I love the phrase “the obedience of faith (Romans 1:5).” I have taken to using the phrase “faith-filled obedience.” In fact, that phrase was just a major theme in my sermon just this past Sunday on the first book of Psalms. (If you are interested in listening to the sermon you can visit cpcoast.com/sermons and listen to the first sermon in the “Psalms” series to be posted by this afternoon.) The apostle Paul says that his ministry has as its end to bring about his “obedience of faith” so that the nations would know the value of the name of the Lord.
I think this is important. Our obedience has much less to do with how good or righteous we are and much more to do with how good and righteous God is. We obey not because we are good, but because we have found that the way of the Lord, His wisdom and instruction (see Proverbs reading today), is good. As the nations see a people committing themselves to the way of the Lord they will see the value of the name of the Lord.
If you have never read this book before, you are about to read one of the greatest pieces of literature ever written. I truly hope that you are able to savor every morsel of what we read together here.
How dramatic of a beginning! The events of this story are truly cosmic. They are epic. Job is a larger than life character, with a life that would be the envy of anyone. Yet the first place we find Job, even while his sons and daughters were making merry, is early in the morning offering sacrifices for in faith before the Lord for the forgiveness of sin. “Thus Job did continually.” If we want to learn about wisdom, Job might be a man for us to pay attention to.
Yet, still, Job’s wisdom is proven to be folly compared to the wisdom of the Lord by the end of this book.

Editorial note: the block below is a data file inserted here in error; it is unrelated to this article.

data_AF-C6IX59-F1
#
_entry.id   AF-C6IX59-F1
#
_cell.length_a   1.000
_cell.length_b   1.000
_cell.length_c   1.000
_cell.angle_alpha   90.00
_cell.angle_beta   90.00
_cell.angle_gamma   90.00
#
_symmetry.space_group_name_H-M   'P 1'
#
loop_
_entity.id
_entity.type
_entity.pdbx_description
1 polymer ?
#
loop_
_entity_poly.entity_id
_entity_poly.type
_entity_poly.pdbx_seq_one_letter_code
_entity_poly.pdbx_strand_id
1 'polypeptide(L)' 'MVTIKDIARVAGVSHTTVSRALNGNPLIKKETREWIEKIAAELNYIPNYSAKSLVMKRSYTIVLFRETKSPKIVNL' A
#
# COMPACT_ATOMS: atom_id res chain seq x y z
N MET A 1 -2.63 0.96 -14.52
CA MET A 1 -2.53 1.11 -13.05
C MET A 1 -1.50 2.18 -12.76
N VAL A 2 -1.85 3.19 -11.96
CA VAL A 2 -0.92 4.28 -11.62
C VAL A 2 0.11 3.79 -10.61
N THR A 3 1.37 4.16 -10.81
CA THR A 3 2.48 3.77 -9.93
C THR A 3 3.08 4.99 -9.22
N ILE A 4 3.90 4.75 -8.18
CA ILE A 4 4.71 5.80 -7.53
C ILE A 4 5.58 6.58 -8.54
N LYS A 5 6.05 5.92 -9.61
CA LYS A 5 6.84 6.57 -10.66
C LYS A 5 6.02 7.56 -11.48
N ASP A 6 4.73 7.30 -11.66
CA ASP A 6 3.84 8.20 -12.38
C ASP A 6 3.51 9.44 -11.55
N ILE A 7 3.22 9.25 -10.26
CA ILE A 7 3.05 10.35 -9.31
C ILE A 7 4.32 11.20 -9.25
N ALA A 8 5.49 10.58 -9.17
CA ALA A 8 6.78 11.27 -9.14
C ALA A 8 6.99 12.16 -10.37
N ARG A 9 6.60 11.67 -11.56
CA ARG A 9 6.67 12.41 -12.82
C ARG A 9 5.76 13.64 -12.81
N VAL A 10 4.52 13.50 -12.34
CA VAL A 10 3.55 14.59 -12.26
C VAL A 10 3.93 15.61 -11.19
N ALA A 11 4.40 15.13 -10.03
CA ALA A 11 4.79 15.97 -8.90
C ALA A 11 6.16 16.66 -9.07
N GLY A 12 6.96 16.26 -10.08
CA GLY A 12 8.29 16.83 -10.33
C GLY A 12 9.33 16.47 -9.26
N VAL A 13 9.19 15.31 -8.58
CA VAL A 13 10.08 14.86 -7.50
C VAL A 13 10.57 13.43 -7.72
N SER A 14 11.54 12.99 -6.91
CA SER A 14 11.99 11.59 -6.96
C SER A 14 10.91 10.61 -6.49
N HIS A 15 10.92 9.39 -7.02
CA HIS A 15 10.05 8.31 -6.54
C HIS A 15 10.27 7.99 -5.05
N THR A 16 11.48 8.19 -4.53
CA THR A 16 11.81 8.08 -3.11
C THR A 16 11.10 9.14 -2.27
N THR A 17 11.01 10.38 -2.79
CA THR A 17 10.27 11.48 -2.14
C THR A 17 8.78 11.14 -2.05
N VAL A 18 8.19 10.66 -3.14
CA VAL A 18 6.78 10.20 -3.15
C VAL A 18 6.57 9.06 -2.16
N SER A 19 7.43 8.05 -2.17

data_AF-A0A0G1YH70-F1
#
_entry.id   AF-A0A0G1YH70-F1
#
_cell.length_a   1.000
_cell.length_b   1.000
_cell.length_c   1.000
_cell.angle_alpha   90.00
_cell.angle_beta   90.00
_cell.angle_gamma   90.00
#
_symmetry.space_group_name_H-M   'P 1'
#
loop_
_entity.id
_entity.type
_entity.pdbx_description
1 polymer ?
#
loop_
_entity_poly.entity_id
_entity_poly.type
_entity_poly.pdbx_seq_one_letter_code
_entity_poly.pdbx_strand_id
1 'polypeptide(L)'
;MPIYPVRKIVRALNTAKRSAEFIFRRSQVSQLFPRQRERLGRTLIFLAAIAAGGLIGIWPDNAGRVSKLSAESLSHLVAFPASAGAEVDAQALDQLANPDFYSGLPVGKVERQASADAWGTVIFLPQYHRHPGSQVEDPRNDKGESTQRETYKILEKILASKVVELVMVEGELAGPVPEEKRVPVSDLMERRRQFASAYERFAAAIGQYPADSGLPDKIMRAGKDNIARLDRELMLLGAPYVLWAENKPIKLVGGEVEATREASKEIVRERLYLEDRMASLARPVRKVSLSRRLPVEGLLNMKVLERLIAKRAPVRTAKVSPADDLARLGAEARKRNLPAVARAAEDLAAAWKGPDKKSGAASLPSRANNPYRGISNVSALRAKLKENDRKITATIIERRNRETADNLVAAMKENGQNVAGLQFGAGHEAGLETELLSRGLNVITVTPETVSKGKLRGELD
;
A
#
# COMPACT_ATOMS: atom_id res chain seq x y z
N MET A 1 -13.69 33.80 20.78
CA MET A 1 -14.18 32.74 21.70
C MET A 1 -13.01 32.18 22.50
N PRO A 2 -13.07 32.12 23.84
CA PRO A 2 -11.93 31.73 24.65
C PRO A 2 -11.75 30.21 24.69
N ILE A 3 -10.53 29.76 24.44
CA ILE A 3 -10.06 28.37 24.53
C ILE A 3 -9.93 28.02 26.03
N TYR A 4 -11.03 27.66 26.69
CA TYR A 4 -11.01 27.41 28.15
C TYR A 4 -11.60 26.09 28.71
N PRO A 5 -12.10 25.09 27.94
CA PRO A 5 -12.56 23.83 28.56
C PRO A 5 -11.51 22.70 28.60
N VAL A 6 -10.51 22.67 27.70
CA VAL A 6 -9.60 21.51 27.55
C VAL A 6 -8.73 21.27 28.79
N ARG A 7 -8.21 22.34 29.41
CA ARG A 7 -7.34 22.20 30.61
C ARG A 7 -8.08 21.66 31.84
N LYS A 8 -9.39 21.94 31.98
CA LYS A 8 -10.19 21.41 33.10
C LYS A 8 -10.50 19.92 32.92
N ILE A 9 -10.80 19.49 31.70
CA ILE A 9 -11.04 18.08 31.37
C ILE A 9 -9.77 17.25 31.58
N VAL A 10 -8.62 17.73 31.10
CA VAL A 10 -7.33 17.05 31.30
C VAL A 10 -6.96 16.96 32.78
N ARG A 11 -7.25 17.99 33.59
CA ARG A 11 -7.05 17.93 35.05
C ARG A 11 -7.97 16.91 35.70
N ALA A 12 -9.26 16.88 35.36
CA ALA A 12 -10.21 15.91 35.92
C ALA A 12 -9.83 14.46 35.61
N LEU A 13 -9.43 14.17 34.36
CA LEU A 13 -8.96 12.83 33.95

This psalm walks through such a clear series of thoughts.
First, he recounts the mockery of his foes. They are casting doubt on his confidence in the Lord. Second, he remembers times that the Lord has heard his cry. The mockers are wrong. The Lord is a shield about him! Third, he observes the present protection of his life. He lies down to rest in the Lord and the Lord has sustained him. Finally, it explodes with confidence supplication. The Lord will save because salvation belongs to the Lord!
The warning continues. Wisdom is personified as one who cries out in public. The wisdom of the Lord is publicly available. When I read verse 22 I remember that wisdom is directly connected to our disposition before the Lord (the fear of the Lord). So the question, “How long will you love being simple,” is really a question of how long will you mock the Lord, or underestimate the power, glory and knowledge of God.
The end of this chapter reiterates what has previously been said, that those who reject wisdom will “eat the fruit of their way (Proverbs 1:29).” I appreciate the language of having “their fill of their own devices.” The foolish will obtain fully the fruit of the idolatry that they have chosen. On the other hand, those who seek the wisdom of the Lord will dwell secure in His way.